Through these discussions, I became convinced that Japan is America’s most important ally – not only in the Pacific, but in the world. No doubt, we have very trustworthy allies in Europe: the United Kingdom, Germany, France – but that’s the point, we have numerous allies in Europe. In the Pacific, Japan is our staunchest ally in a region of the world that may very well dominate the globe throughout the rest of the century. There is no doubt Japan and America enjoy a mutually beneficial relationship – a relationship which stabilizes the globe.
This trip touched me educationally and professionally. But, there was another area of growth – this trip helped me to understand my personal connection to Japan. The last two days were spent in Yamaguchi ken. I visited Suo Oshima, Iwakuni, Akiyoshi caves, and Hagi. I learned of Yoshida Shoin and his contribution to ushering in the Restoration period. I learned of the Chosu Five and how Ito Hirobumi became the first Prime Minister. I learned that Prime Minister Abe is from Yamaguchi prefecture and that Yamaguchi has produced the most prime ministers of any prefecture. My guide jokingly told me, “See Maki san, if your grandfather did not come to America, you could have been Prime Minister!” I am sure Prime Minister Abe is so grateful my grandfather came to America!
As I learned about the history of Yamaguchi, then called Chosu, I recognized how its history was intertwined with my family’s history. I learned how the first foreign minister recruited Japanese to go to Hawai`i, because Hawai`i needed farm labor and subsequently fishermen. Japan had just ended the Tokugawa period and was engaging with the world. My grandparents were a part of that engagement and migration.
All of this was intellectually stimulating, but the emotional highlight of the trip occurred at a lunch in Iwakuni. My guide told the waitress that I was visiting from America. The waitress recommended that I try their specialty, Iwakuni zushi. She claimed that it was only made in Iwakuni, so we ordered it.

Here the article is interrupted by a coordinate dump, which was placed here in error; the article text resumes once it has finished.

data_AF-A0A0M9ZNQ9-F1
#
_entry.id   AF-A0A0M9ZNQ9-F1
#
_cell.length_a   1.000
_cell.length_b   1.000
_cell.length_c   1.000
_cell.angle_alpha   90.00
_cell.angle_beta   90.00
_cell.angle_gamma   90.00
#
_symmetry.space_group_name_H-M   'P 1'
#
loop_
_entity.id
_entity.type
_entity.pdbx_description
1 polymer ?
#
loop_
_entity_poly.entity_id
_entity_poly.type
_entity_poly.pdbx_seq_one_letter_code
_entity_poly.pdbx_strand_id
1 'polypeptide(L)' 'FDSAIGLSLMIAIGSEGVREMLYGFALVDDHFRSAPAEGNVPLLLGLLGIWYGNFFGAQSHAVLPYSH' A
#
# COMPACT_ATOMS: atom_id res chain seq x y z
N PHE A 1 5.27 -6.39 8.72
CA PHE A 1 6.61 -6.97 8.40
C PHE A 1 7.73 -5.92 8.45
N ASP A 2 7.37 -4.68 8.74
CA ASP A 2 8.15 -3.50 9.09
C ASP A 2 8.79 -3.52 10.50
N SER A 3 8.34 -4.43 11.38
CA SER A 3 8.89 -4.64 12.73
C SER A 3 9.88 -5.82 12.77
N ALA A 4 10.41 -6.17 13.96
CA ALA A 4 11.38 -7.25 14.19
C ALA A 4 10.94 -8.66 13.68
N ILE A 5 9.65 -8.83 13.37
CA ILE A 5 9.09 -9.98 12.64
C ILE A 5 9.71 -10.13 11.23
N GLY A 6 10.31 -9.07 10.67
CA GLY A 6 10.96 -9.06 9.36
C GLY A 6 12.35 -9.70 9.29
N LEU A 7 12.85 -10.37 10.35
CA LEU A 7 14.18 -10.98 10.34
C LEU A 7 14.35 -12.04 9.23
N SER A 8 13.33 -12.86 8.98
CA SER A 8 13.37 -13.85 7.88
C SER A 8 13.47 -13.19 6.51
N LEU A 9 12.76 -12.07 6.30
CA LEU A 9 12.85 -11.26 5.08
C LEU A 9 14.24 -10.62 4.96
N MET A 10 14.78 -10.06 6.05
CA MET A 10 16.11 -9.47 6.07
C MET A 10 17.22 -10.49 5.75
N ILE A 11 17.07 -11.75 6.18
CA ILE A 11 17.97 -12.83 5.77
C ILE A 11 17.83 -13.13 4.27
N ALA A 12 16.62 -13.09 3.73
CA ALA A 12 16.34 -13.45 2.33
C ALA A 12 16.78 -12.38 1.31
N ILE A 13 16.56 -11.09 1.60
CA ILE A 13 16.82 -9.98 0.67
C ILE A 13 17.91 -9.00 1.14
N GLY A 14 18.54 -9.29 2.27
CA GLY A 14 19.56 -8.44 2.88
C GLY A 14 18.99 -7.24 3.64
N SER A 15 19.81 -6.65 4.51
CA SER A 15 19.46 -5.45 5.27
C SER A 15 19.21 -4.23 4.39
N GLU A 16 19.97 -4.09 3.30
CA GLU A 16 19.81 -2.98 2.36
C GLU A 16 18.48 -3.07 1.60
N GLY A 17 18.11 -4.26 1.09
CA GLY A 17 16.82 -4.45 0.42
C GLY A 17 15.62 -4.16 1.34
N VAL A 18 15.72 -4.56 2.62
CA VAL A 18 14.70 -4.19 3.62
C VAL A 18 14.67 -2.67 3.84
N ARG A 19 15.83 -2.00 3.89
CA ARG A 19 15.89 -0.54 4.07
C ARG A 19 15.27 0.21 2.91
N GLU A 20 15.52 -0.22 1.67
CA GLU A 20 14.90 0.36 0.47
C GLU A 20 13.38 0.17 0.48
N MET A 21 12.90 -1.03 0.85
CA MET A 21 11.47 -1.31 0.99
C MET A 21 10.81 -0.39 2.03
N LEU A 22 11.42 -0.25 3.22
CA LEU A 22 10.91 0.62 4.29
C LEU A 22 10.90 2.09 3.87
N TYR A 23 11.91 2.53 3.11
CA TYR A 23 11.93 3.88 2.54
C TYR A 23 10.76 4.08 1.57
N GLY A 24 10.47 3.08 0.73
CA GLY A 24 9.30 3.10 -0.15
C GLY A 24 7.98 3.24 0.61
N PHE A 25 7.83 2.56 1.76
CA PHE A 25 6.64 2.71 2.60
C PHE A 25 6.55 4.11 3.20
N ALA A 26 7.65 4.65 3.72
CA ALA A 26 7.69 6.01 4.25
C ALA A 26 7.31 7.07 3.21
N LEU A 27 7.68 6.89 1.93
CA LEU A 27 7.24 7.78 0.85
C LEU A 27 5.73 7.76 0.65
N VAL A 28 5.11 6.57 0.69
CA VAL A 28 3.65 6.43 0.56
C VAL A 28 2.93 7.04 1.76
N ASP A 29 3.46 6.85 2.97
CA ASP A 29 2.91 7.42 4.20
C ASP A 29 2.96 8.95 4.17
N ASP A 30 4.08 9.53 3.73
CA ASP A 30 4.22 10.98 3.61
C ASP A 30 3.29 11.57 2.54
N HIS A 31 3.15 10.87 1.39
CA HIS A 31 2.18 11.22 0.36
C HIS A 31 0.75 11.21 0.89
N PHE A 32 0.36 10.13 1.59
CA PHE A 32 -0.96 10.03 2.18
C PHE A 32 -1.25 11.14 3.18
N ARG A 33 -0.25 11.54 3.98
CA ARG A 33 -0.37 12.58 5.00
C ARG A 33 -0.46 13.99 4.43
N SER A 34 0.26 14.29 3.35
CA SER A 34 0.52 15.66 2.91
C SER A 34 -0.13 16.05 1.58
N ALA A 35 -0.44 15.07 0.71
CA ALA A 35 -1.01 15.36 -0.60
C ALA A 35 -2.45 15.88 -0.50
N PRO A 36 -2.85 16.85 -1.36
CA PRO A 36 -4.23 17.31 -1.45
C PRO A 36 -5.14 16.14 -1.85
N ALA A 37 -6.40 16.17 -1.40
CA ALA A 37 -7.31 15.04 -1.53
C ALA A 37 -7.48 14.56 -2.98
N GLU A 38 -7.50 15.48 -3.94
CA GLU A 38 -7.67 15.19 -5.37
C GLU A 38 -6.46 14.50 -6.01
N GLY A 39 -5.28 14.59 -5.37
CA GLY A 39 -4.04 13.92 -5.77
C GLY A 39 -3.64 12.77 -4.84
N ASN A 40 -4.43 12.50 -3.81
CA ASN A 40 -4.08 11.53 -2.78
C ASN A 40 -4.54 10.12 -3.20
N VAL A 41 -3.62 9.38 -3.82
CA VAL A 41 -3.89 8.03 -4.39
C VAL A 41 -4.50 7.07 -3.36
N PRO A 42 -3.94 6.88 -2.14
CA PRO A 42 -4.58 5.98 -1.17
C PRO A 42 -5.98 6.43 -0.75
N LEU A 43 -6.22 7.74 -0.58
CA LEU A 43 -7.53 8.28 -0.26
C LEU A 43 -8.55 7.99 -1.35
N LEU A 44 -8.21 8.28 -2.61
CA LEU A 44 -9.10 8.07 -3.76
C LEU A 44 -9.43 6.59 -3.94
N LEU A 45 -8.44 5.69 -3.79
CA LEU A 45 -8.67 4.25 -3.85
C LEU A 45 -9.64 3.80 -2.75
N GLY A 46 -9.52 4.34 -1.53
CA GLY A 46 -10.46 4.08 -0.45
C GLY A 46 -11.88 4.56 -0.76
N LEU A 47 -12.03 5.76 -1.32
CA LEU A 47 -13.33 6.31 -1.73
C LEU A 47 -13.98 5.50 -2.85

A few moments later, the waitress placed the Iwakuni zushi in front of me. My heart stopped. My mother made this same type of dish. I had eaten it at countless meals she prepared. I had no idea that it was from Iwakuni. I immediately sent the photo to my family. Within minutes, my daughter texted back, “That’s what Grandma used to make!”
I carefully used my hashi to break off a piece and placed it in my mouth. The taste was the same. In that moment, Yamaguchi was no longer a place on the map – Yamaguchi became a place in my soul.
My very last day was spent at Hiroshima. I have difficulty putting into words the range of feelings I experienced –sadness, anger, fear. The profound devastation, the widespread suffering, the hellish elimination of life – it was overwhelming. And then an unanticipated feeling began to emerge – a feeling of hope. Hope that we as humans would learn. Hope that we as humans would commit ourselves to never let his happen again.
The histories of the United States and Japan became intertwined during the last century. The Japanese American experience is an embodiment of that relationship. We share values and a history – more important, we share a future. For that future to be bright, we will need to continue strengthen our relationship. As we go into that future, may we know each other not as places on a map, but rather as places in each other’s souls.